Patterns of Metabolic Progression to Type 1 Diabetes in the Diabetes Prevention Trial-Type 1

Columbia University, New York, New York, United States
Diabetes Care (Impact Factor: 8.42). 04/2006; 29(3):643-9. DOI: 10.2337/diacare.29.03.06.dc05-1006
Source: PubMed


There is little information regarding the pattern of metabolic deterioration before the onset of type 1 diabetes. The goal of this study was to utilize data from the Diabetes Prevention Trial-Type 1 (DPT-1) to obtain a picture of the metabolic progression to type 1 diabetes over a period of approximately 2.5 years before its diagnosis.
Fifty-four DPT-1 participants (22 in the parenteral trial and 32 in the oral trial) were studied. All had oral glucose tolerance tests (OGTTs) at 6-month intervals from approximately 30 to 6 months before diagnosis. The vast majority also had OGTTs at diagnosis. Changes in OGTT glucose and C-peptide indexes from 30 to 6 months before diagnosis were examined by calculating slopes of the indexes for each individual over that time period. Changes from 6 months before diagnosis to diagnosis were examined by paired comparisons of the OGTT metabolic indexes between the time points.
Glucose levels increased gradually from 30 to 6 months before diagnosis in both the parenteral and oral groups (P < 0.001 for all indexes). Area under the curve (AUC) C-peptide (P < 0.05) and AUC C-peptide-to-AUC glucose ratio (P < 0.001) values decreased in the oral group; peak C-peptide-to-2-h glucose ratio values decreased in both groups (P < 0.001). In participants who also had OGTTs at diagnosis, AUC C-peptide (parenteral group, P < 0.05) and peak C-peptide (oral group, P < 0.05) values decreased from the last 6 months before diagnosis; stimulated C-peptide-to-glucose ratio values decreased in both groups (P < 0.001). Conversely, fasting C-peptide levels increased in both groups (oral group, P < 0.01). Fasting C-peptide-to-fasting glucose ratio values remained constant throughout the 30-month follow-up.
These data indicate that over a period of at least 2 years, glucose tolerance gradually deteriorates as stimulated C-peptide levels slowly decline in a substantial number of individuals who develop type 1 diabetes. However, fasting C-peptide levels are maintained, even at diagnosis.

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Available from: David D Cuthbertson, Aug 31, 2015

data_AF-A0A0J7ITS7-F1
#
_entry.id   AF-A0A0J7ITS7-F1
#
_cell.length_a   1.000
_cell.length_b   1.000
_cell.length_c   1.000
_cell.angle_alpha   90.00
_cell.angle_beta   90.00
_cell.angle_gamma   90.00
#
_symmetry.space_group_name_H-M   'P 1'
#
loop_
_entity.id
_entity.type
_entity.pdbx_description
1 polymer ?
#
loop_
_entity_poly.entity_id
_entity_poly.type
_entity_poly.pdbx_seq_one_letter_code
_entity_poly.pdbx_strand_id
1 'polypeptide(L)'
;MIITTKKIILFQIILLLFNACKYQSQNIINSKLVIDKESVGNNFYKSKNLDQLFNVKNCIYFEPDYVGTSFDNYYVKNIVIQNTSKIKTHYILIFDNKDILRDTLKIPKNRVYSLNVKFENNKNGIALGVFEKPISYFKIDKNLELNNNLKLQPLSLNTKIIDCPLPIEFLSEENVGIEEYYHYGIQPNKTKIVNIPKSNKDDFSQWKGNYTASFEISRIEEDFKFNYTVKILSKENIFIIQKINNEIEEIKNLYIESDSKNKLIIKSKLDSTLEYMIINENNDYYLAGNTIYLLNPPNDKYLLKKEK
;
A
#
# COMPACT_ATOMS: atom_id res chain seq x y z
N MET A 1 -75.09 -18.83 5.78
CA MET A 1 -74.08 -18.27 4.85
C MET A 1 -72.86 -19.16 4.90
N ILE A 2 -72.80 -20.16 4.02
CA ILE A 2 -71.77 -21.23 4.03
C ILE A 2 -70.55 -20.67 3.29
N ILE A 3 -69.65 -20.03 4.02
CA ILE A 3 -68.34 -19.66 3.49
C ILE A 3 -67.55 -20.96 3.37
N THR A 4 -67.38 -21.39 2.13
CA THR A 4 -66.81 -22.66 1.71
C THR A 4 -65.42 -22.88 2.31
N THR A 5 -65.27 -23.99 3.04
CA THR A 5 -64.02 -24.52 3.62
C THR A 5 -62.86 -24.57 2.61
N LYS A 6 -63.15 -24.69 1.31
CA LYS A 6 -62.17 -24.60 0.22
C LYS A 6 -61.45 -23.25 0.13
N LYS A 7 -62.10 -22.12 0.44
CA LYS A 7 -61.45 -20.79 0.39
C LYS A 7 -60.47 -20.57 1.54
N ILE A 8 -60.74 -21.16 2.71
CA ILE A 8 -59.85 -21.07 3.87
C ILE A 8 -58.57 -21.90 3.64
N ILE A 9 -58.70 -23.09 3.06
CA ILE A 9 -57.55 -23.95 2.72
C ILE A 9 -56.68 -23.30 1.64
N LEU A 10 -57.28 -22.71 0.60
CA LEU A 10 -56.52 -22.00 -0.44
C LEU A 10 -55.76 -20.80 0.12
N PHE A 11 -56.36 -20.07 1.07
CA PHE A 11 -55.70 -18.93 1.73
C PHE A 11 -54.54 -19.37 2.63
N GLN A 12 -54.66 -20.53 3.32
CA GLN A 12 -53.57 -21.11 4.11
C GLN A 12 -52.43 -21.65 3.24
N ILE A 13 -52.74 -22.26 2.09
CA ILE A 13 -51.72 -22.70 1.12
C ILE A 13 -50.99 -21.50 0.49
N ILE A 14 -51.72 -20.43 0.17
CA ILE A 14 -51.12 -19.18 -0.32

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    • "Studies by Tsai et al. (2006) and Sosenko et al. (2008), using data from the DPT-1 effort have identified a progressive decline in C-peptide responses that are relatively modest during the prediabetic period compared with the changes after diagnosis with hyperglycemia. Interpretation of the changes in C-peptide responses may be more complicated in children because there is an age-related increase in C-peptide levels and therefore, the absence of an increase may be equivalent to a decline in response (Sosenko et al. 2006, 2008; Tsai et al. 2006). After the onset of disease, the decline over time appears to be more dramatic. "
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    ABSTRACT: Type 1 diabetes (T1D), also known as insulin-dependent diabetes mellitus, is a chronic disorder that results from autoimmune destruction of insulin-producing β cells in the islets of Langerhans within the pancreas ( Atkinson and Maclaren 1994). This disease becomes clinically apparent only after significant destruction of the β-cell mass, which reduces the ability to maintain glycemic control and metabolic function. In addition, it continues for years after clinical onset until, generally, there is complete destruction of insulin secretory capacity. Because prevention and therapy strategies are targeted to this pathologic process, it becomes imperative to have methods with which it can be monitored. This work discusses current research-based approaches to monitor the autoimmunity and metabolic function in T1D patients and their potential for widespread clinical application.